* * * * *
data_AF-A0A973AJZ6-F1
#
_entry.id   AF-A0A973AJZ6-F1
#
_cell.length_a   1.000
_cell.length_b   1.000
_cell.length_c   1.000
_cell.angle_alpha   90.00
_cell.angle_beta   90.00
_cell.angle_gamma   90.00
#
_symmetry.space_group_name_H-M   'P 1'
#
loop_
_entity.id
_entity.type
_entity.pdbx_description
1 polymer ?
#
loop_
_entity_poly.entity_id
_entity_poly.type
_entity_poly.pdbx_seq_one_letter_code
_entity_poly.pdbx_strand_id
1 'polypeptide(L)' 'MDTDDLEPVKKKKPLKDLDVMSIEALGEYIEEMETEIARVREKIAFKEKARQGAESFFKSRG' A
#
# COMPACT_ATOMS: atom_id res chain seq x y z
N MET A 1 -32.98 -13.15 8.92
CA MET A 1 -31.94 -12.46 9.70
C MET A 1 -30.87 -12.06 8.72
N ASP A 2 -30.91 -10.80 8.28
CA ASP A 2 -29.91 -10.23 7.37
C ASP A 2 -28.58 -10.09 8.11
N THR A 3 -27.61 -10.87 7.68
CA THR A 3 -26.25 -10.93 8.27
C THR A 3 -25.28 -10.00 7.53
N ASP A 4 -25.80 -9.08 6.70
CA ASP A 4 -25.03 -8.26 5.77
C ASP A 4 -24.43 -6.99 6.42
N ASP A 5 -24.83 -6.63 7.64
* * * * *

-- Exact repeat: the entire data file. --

data_AF-A0A973AJZ6-F1
#
_entry.id   AF-A0A973AJZ6-F1
#
_cell.length_a   1.000
_cell.length_b   1.000
_cell.length_c   1.000
_cell.angle_alpha   90.00
_cell.angle_beta   90.00
_cell.angle_gamma   90.00
#
_symmetry.space_group_name_H-M   'P 1'
#
loop_
_entity.id
_entity.type
_entity.pdbx_description
1 polymer ?
#
loop_
_entity_poly.entity_id
_entity_poly.type
_entity_poly.pdbx_seq_one_letter_code
_entity_poly.pdbx_strand_id
1 'polypeptide(L)' 'MDTDDLEPVKKKKPLKDLDVMSIEALGEYIEEMETEIARVREKIAFKEKARQGAESFFKSRG' A
#
# COMPACT_ATOMS: atom_id res chain seq x y z
N MET A 1 -32.98 -13.15 8.92
CA MET A 1 -31.94 -12.46 9.70
C MET A 1 -30.87 -12.06 8.72
N ASP A 2 -30.91 -10.80 8.28
CA ASP A 2 -29.91 -10.23 7.37
C ASP A 2 -28.58 -10.09 8.11
N THR A 3 -27.61 -10.87 7.68
CA THR A 3 -26.25 -10.93 8.27
C THR A 3 -25.28 -10.00 7.53
N ASP A 4 -25.80 -9.08 6.70
CA ASP A 4 -25.03 -8.26 5.77
C ASP A 4 -24.43 -6.99 6.42
N ASP A 5 -24.83 -6.63 7.64